Also included in the guideline are direct links to the CDC. The CDC offers specific information for a variety of groups such as airline crews, first responders, health care workers. This interim guidance information is sometimes hard to drill down, but within our guidelines, we offer the direct links to these. And this allows the nurses to go directly to these sources with minimal time and effort.
TK: So, which workers’ comp professionals would benefit most from using the COVID guidelines?
LB: Well, Genex Services is committed to providing their professional clinical staff with the necessary tools to optimize their performance and improve patient outcomes. So, our clinical guidelines is one of the most impactful tools we provide to our staff to enhance our case management and utilization management services.
I’ve mentioned before, it’s a quick, very user‑friendly resource for busy professionals. Our guidelines are also being used more and more by our utilization management nurses and physicians as a secondary resource, particularly when there’s a lack of clinical information on a medical topic in other guidelines.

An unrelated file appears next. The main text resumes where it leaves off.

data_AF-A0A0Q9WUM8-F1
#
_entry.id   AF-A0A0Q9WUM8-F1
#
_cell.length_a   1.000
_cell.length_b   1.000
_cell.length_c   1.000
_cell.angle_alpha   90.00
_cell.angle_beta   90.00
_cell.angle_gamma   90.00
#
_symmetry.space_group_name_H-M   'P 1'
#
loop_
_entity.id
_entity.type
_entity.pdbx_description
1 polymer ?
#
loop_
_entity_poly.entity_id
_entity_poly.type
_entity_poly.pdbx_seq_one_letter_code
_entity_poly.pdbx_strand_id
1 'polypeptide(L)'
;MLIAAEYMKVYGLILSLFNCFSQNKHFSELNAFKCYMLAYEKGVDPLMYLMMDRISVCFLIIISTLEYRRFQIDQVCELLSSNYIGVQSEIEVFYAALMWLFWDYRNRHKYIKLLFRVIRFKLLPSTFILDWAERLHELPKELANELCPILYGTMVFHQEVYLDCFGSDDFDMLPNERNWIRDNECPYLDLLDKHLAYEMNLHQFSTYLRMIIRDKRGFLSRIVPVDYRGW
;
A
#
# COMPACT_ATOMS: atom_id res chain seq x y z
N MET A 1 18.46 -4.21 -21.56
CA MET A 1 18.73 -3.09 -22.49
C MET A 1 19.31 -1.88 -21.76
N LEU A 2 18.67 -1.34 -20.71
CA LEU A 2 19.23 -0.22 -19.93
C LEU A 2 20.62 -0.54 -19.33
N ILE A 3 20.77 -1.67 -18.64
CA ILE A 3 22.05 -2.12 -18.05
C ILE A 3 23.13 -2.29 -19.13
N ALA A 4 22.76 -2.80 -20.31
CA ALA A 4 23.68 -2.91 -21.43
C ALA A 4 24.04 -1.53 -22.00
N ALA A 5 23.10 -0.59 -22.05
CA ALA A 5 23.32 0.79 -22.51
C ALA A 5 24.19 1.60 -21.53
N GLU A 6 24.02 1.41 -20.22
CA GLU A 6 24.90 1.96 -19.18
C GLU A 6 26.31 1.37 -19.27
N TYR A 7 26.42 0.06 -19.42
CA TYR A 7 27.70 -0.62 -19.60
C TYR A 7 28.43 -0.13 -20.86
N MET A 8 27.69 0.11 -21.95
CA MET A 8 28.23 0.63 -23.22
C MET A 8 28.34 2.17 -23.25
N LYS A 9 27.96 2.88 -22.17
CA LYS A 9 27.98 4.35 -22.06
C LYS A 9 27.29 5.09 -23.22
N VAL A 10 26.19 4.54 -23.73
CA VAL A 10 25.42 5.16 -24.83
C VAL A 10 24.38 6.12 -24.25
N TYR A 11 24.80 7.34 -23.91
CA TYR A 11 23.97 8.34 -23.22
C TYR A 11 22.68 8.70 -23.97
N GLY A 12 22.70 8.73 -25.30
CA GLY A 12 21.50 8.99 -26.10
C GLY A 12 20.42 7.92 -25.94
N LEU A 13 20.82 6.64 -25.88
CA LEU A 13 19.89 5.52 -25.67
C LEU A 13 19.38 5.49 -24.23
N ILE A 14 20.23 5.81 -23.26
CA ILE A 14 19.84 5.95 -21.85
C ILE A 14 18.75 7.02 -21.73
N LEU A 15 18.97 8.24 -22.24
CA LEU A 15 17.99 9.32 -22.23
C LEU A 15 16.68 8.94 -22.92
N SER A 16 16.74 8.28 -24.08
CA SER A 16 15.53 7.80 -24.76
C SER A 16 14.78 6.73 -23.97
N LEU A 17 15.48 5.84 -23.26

Recently, our UR clinical director gave me some feedback on our coronavirus guideline. And he stated that it’s going to be invaluable in the weeks and months to come. A lot of the information that we have given to the case managers in protecting themselves and keeping safe has been based on information from our guideline.